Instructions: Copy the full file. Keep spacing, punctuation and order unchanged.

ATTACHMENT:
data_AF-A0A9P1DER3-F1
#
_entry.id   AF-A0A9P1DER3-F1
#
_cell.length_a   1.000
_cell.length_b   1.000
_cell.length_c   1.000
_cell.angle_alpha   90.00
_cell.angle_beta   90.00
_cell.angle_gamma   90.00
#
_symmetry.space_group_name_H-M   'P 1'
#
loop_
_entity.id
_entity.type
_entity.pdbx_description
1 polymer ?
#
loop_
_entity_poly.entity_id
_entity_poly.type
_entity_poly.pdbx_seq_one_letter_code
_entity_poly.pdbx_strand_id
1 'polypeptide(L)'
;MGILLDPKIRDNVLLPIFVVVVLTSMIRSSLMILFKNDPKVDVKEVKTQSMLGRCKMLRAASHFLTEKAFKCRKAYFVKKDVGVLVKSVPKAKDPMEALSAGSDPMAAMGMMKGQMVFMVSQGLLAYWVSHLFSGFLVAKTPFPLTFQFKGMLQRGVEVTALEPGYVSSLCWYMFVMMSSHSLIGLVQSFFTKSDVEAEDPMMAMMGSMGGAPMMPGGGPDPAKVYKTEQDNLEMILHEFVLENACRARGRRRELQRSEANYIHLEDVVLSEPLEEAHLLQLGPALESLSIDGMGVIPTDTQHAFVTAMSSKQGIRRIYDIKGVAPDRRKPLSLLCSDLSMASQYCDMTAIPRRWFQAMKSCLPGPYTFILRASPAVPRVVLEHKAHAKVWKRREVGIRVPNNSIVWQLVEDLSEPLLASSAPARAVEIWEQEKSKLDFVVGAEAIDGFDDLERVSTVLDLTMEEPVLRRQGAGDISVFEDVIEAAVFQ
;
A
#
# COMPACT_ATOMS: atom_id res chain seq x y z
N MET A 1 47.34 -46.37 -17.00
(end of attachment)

data_AF-A0A9P1DER3-F1
#
_entry.id   AF-A0A9P1DER3-F1
#
_cell.length_a   1.000
_cell.length_b   1.000
_cell.length_c   1.000
_cell.angle_alpha   90.00
_cell.angle_beta   90.00
_cell.angle_gamma   90.00
#
_symmetry.space_group_name_H-M   'P 1'
#
loop_
_entity.id
_entity.type
_entity.pdbx_description
1 polymer ?
#
loop_
_entity_poly.entity_id
_entity_poly.type
_entity_poly.pdbx_seq_one_letter_code
_entity_poly.pdbx_strand_id
1 'polypeptide(L)'
;MGILLDPKIRDNVLLPIFVVVVLTSMIRSSLMILFKNDPKVDVKEVKTQSMLGRCKMLRAASHFLTEKAFKCRKAYFVKKDVGVLVKSVPKAKDPMEALSAGSDPMAAMGMMKGQMVFMVSQGLLAYWVSHLFSGFLVAKTPFPLTFQFKGMLQRGVEVTALEPGYVSSLCWYMFVMMSSHSLIGLVQSFFTKSDVEAEDPMMAMMGSMGGAPMMPGGGPDPAKVYKTEQDNLEMILHEFVLENACRARGRRRELQRSEANYIHLEDVVLSEPLEEAHLLQLGPALESLSIDGMGVIPTDTQHAFVTAMSSKQGIRRIYDIKGVAPDRRKPLSLLCSDLSMASQYCDMTAIPRRWFQAMKSCLPGPYTFILRASPAVPRVVLEHKAHAKVWKRREVGIRVPNNSIVWQLVEDLSEPLLASSAPARAVEIWEQEKSKLDFVVGAEAIDGFDDLERVSTVLDLTMEEPVLRRQGAGDISVFEDVIEAAVFQ
;
A
#
# COMPACT_ATOMS: atom_id res chain seq x y z
N MET A 1 47.34 -46.37 -17.00